• The kickbacks to Ohio Republicans are staggering: more than $60 million to help former GOP Speaker Larry Householder build and maintain power, at least $1 million to support Mike Dewine’s campaign for Governor, hundreds of thousands of dollars to a super PAC supporting DeWine’s daughter, and hundreds of thousands of dollars to other GOP entities and candidates.

Gaps in Ohio’s Watchdog Agencies

Ohio has several agencies devoted to regulating ethics among our public officials. However, there are huge gaps in investigation ability and enforcement. Ohio’s government has been letting down its people: years of a culture of corruption has led to a huge lack of trust in our citizens. These agencies have dropped the ball on HB 6, the largest corruption scandal in the history of Ohio; and none of them have effectively been able to address the culture of corruption in the statehouse and in state government.

The Joint Legislative Ethics Commission (JLEC) — This entity is the “ethics advisory office to Ohio’s legislative branch of government.” JLEC has not led public investigations into either the HB 6 scandal, where former GOP Speaker of the House Larry Householder was removed from leadership but still remains in office, or former GOP Speaker Cliff Rosenberger, who resigned under investigation for corruption related to payday lenders.

The Ohio Ethics Commission — This Commission oversees standards, offers education and training, provides ethics advice, and makes referrals for investigation to the Attorney General and the Inspector General. It does not investigate potential ethics complaints — that job is left to the Inspector General.

The Inspector General of Ohio — The Inspector General (IG), “investigates corruption, fraud, waste, and abuse within the executive branch of state government and has jurisdiction over the Governor, his [soon, her] staff members, state agencies, departments, boards, commissions, and any other entities appointed, employed, controlled, directed, or subject to the authority of the Governor.”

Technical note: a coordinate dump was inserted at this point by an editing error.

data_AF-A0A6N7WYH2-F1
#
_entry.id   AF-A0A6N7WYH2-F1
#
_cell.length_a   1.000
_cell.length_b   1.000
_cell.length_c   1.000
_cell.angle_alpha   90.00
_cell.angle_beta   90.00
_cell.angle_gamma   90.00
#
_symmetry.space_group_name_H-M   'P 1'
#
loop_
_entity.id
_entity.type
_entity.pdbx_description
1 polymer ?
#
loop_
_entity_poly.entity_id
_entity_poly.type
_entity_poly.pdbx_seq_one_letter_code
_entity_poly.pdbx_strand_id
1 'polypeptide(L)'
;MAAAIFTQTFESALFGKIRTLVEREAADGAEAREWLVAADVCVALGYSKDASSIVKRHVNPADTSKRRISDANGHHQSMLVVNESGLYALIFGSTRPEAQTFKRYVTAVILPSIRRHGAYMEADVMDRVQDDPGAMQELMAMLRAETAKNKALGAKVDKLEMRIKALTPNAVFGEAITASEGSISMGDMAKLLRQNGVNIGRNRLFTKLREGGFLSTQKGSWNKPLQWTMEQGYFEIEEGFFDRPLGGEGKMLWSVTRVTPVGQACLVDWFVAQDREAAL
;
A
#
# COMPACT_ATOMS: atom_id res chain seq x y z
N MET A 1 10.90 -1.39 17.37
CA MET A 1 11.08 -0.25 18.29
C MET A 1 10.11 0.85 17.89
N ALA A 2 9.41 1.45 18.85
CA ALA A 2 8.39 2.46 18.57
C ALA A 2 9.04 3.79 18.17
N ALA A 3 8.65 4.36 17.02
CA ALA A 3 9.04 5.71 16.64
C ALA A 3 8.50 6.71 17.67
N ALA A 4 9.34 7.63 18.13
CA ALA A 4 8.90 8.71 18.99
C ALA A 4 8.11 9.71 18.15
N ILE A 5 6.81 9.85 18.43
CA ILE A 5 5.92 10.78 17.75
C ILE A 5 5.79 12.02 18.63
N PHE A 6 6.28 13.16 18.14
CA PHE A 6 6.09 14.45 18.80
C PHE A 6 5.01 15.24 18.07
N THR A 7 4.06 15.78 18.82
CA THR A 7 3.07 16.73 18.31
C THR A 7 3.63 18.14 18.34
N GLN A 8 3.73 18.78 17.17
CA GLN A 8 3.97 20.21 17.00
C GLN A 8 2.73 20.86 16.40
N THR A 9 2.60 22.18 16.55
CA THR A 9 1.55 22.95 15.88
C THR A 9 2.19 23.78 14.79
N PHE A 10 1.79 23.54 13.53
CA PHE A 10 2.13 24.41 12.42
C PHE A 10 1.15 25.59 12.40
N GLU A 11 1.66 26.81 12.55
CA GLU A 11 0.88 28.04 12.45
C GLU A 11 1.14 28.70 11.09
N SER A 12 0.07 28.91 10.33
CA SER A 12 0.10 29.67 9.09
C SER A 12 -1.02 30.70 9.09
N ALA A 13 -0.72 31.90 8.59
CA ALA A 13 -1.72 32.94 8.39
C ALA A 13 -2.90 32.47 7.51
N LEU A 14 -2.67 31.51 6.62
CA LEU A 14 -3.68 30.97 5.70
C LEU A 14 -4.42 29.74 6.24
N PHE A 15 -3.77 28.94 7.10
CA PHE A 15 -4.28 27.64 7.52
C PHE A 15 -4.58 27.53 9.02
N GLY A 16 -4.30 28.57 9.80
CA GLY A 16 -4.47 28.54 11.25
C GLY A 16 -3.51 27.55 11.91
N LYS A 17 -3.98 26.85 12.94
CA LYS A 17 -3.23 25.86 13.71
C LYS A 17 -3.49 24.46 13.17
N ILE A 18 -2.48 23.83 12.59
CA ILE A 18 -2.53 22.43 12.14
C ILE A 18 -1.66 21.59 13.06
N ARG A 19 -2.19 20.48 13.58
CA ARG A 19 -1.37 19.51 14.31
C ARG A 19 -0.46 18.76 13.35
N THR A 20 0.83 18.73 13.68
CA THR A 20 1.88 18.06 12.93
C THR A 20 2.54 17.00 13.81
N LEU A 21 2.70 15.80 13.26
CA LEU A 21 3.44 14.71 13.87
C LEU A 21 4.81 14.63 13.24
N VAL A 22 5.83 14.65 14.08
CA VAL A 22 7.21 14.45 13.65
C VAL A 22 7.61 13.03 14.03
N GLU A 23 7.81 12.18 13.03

Although the IG is meant to complete a “report of investigation” for credible allegations to provide “recommendations for the agency to consider in addressing and avoiding the recurrence of fraud, waste, abuse, or corruption uncovered by the investigation,” public documents don’t show that the IG has ever investigated the Public Utilities Commission, its leadership, the Governor’s Office, or numerous gubernatorial appointments with links to FirstEnergy or the HB 6 scandal.

A New Way Forward: Sunlight, Participation, and A Strong Ethics Mechanism

As Governor, Nan will take concrete steps to battle corruption in Columbus by shining a light on corruption and fully investing in ways to eliminate it, so that every Ohioan can be assured their government is working for them — not for their political donors or special interests.

Nan proposes a four-point plan to battle corruption in state government: